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New Edgewood ISD superintendent kicks off ‘listening tour'

Dr. Emilio Castro: ‘Honored, privileged to serve Edgewood'

SAN ANTONIO – On the job for two weeks, Dr. Emilio Castro Jr., now the superintendent of the Edgewood Independent School District, has begun a listening tour at each of the district's nearly 100 schools.

Castro said he is also planning community meetings after the first of the year to get additional information from parents and students, to help develop a plan of action.

“Let us know what have we done well, that we can continue to do, and where we need to change,” Castro said.

Castro has previously been a principal at elementary, middle and high schools in Dallas and most recently came from San Antonio ISD where he was deputy superintendent.

After a national search, he was voted in by the district’s school board, but also had to be approved by the board of managers appointed by the Texas Education Agency, according to district spokesperson Kayhla Lugo.

According to the TEA, its commissioner, Mike Morath, took the action after an investigation found “a systematic breakdown in the school board’s ability to govern the district and a failure of the board to work collaboratively with district administrators.”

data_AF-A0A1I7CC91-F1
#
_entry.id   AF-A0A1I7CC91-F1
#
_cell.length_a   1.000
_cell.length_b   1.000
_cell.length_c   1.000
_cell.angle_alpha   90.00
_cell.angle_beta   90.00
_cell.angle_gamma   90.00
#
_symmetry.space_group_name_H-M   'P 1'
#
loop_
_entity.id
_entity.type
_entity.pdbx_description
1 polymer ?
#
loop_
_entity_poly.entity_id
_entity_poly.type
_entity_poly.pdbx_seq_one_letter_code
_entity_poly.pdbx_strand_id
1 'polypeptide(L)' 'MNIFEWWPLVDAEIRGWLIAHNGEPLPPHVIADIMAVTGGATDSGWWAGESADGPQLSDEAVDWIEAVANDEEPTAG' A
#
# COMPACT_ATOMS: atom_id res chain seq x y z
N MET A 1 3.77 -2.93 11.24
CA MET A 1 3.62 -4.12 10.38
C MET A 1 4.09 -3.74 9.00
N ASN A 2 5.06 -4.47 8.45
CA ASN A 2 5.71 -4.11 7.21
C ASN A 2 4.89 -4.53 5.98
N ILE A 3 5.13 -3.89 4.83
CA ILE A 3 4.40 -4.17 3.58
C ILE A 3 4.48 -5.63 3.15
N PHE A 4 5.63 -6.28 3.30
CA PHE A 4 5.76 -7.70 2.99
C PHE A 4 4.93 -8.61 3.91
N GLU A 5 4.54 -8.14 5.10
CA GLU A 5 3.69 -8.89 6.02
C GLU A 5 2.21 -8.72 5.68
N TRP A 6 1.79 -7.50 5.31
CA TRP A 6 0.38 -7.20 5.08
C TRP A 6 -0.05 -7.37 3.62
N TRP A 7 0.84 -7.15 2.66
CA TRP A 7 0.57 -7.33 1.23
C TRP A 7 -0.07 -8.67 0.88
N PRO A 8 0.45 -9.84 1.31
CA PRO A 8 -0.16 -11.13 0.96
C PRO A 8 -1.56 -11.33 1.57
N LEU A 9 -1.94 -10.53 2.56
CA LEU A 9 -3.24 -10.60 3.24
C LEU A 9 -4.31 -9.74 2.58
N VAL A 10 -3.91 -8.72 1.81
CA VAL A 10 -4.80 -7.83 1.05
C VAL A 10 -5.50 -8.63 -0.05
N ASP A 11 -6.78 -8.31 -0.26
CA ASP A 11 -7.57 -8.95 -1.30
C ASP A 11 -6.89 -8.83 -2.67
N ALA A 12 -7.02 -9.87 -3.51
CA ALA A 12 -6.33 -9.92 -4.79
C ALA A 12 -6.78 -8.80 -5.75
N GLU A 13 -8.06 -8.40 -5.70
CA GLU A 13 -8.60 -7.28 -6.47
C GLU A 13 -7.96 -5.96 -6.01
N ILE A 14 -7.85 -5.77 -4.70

Most on the board of managers were involved in various ways with the district.

“The board began in May and has met well over 35 times already to ensure that we move Edgewood on (a) track to excellence,” Castro said.

He said early childhood literacy and  improving attendance are among his top priorities. He also said he wants to encourage high-performing students.

“That’s why it is so exciting that we are moving to have early college high school at both Memorial and Kennedy high schools,” he said.

Castro said despite the challenges, he is aware of Edgewood’s historic role in the long-standing fight over school finance.

The district won its case before the U.S. Supreme Court over increased state funding for property-poor districts.

“Being a very historic district, the culture, the richness of what is available here with our people, with our community, just offers a lot to build on,” Castro said.